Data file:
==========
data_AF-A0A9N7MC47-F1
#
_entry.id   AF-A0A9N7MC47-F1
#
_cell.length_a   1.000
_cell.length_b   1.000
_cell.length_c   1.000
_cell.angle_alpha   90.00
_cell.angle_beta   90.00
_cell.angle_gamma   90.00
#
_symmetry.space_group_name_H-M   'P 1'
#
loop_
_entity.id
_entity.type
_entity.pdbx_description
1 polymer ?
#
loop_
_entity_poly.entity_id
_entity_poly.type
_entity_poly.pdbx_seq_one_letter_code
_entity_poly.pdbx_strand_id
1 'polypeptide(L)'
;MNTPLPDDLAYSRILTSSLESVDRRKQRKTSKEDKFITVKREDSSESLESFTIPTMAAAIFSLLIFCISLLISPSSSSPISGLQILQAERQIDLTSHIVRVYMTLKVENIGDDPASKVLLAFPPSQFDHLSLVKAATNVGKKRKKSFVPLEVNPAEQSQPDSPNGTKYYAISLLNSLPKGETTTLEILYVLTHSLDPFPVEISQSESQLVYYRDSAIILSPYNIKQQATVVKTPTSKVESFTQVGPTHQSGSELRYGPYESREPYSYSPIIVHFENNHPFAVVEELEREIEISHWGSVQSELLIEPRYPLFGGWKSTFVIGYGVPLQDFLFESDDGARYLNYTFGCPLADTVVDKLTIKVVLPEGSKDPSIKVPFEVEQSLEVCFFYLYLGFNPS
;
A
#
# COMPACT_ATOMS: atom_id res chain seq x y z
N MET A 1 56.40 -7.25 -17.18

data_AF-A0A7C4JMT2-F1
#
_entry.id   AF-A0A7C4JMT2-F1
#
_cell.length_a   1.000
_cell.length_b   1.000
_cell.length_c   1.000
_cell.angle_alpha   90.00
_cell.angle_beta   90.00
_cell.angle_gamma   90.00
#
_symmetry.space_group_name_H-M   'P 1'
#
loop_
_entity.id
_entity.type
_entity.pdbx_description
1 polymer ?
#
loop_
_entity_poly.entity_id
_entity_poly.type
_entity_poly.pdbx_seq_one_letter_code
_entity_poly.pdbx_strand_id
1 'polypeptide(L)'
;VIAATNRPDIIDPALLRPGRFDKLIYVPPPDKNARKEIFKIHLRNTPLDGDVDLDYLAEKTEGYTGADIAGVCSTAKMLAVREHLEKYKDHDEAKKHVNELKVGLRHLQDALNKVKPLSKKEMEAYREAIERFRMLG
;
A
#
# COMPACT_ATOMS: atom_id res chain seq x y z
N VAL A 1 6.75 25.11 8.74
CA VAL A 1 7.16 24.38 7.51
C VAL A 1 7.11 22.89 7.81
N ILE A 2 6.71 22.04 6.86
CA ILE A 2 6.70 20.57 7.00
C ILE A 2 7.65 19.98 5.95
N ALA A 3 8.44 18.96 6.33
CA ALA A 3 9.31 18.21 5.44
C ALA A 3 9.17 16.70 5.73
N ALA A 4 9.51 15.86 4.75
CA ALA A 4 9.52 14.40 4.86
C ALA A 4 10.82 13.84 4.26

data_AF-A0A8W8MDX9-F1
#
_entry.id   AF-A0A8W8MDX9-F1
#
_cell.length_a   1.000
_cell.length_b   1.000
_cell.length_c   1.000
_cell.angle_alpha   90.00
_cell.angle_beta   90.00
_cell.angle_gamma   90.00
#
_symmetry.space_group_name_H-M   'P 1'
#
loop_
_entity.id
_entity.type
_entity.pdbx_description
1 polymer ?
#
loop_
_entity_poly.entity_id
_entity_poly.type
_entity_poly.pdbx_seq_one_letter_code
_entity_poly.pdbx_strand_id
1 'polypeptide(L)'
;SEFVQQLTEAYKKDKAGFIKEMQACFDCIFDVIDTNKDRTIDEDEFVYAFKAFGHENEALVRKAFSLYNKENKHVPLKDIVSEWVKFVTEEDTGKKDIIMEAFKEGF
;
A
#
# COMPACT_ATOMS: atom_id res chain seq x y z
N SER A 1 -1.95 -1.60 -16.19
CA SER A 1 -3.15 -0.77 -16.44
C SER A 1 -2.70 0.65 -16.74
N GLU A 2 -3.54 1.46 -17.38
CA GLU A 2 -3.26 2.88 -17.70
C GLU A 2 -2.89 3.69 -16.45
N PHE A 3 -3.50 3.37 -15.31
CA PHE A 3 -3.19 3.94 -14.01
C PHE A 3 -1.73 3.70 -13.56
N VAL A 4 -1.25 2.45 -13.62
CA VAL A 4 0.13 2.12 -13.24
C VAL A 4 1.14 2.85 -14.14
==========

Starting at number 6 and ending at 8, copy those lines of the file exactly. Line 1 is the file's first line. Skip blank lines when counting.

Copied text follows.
_cell.length_b   1.000
_cell.length_c   1.000
_cell.angle_alpha   90.00